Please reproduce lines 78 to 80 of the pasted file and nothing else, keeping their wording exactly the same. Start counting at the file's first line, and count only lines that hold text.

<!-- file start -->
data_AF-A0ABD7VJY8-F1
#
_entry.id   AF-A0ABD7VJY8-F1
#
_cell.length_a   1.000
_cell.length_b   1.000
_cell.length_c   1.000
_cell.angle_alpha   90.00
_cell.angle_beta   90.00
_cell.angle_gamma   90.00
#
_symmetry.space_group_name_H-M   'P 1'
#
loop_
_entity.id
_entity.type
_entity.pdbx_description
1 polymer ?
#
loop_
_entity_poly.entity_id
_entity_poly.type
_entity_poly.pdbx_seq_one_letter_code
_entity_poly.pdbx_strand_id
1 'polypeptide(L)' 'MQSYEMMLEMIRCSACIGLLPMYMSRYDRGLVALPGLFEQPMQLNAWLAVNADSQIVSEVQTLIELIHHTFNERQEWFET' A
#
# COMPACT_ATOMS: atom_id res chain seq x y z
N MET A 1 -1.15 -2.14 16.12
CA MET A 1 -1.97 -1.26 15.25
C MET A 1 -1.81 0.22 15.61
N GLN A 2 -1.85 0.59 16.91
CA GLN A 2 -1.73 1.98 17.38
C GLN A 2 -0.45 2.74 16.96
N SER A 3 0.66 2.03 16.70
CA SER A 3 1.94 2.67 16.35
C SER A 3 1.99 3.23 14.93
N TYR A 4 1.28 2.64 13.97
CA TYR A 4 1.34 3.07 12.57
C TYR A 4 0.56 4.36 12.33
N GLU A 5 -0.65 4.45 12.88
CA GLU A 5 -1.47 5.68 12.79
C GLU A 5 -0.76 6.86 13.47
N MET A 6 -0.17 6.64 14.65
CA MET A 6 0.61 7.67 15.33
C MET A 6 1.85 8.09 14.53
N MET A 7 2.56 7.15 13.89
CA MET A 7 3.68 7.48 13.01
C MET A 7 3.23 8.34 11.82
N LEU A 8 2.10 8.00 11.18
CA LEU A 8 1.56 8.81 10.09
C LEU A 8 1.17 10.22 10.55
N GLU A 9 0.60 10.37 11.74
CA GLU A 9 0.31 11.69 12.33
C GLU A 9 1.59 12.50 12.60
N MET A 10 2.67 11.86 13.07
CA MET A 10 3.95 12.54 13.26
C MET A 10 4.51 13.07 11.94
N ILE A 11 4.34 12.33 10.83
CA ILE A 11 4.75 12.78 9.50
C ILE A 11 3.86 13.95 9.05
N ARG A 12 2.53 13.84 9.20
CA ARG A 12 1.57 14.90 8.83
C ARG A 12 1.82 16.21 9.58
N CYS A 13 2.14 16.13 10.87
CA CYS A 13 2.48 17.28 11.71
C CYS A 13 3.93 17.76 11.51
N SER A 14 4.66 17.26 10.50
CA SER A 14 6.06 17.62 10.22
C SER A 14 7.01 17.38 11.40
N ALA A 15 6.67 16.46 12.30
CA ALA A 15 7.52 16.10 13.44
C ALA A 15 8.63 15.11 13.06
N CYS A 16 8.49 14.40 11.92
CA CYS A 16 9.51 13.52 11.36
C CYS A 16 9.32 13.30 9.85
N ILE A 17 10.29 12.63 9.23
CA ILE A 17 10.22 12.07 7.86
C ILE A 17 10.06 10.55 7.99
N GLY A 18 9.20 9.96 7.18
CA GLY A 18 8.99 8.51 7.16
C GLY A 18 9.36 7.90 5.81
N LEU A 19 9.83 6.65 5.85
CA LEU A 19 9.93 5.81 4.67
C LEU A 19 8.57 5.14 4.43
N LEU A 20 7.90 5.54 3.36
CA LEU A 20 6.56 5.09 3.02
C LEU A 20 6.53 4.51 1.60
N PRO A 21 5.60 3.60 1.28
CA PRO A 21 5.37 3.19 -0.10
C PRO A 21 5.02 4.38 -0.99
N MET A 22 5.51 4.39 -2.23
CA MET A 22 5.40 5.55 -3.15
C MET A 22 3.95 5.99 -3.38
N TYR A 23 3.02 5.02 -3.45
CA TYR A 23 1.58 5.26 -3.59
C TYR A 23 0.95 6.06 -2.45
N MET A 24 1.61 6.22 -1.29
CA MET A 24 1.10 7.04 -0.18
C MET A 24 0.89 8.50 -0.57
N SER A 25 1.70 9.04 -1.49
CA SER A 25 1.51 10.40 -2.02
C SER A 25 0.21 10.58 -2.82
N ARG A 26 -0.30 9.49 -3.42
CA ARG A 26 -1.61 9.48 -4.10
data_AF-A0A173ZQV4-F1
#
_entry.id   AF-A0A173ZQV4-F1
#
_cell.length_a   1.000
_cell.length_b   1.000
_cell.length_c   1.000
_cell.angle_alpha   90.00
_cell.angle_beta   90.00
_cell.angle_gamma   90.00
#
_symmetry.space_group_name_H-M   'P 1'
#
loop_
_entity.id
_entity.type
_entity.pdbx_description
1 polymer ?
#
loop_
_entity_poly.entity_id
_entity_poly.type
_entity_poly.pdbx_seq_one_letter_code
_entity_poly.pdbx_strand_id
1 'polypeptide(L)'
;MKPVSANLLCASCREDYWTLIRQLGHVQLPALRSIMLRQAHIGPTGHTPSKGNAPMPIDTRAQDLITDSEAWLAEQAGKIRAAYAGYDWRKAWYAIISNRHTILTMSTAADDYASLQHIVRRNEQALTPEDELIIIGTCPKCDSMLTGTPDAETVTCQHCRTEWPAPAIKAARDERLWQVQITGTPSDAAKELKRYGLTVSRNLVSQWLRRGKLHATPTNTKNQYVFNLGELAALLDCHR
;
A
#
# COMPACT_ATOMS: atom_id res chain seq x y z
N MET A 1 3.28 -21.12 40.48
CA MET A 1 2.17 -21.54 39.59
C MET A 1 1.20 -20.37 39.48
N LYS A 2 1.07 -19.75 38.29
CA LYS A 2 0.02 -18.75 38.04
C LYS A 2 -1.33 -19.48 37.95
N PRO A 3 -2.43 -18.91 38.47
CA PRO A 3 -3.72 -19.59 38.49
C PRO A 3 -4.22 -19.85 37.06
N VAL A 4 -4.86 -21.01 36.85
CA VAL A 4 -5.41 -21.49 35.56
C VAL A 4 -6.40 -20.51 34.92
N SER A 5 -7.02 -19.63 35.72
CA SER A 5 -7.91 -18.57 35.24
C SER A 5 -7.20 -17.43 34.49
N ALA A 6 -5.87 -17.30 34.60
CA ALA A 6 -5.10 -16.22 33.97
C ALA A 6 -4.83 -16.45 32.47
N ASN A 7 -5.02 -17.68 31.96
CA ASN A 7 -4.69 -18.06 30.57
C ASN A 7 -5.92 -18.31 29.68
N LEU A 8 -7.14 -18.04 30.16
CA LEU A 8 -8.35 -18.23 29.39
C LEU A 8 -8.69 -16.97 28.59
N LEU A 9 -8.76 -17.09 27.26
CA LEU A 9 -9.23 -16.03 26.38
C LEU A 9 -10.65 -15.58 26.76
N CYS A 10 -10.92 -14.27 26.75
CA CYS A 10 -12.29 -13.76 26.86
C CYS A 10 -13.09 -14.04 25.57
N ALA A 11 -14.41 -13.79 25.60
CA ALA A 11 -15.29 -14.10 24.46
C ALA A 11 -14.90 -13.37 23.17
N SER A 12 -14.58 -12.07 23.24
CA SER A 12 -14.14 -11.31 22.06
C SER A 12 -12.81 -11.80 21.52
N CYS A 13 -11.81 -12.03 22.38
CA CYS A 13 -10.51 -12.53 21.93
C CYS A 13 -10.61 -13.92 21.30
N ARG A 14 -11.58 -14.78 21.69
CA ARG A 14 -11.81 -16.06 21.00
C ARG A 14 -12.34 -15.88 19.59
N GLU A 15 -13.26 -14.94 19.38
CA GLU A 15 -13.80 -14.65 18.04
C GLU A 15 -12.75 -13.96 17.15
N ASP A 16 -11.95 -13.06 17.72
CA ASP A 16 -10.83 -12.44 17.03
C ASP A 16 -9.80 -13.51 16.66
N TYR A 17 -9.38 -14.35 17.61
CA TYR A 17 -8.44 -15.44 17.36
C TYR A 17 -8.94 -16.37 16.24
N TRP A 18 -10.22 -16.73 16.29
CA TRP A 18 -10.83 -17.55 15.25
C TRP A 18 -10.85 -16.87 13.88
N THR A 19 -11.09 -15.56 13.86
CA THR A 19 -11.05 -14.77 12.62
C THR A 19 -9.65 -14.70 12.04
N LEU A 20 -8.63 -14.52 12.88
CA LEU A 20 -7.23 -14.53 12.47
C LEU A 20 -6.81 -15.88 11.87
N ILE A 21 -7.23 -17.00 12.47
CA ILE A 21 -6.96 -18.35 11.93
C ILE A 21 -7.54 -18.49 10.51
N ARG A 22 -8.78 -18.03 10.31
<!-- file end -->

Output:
C ILE A 17 10.06 10.55 7.99
N GLY A 18 9.20 9.96 7.18
CA GLY A 18 8.99 8.51 7.16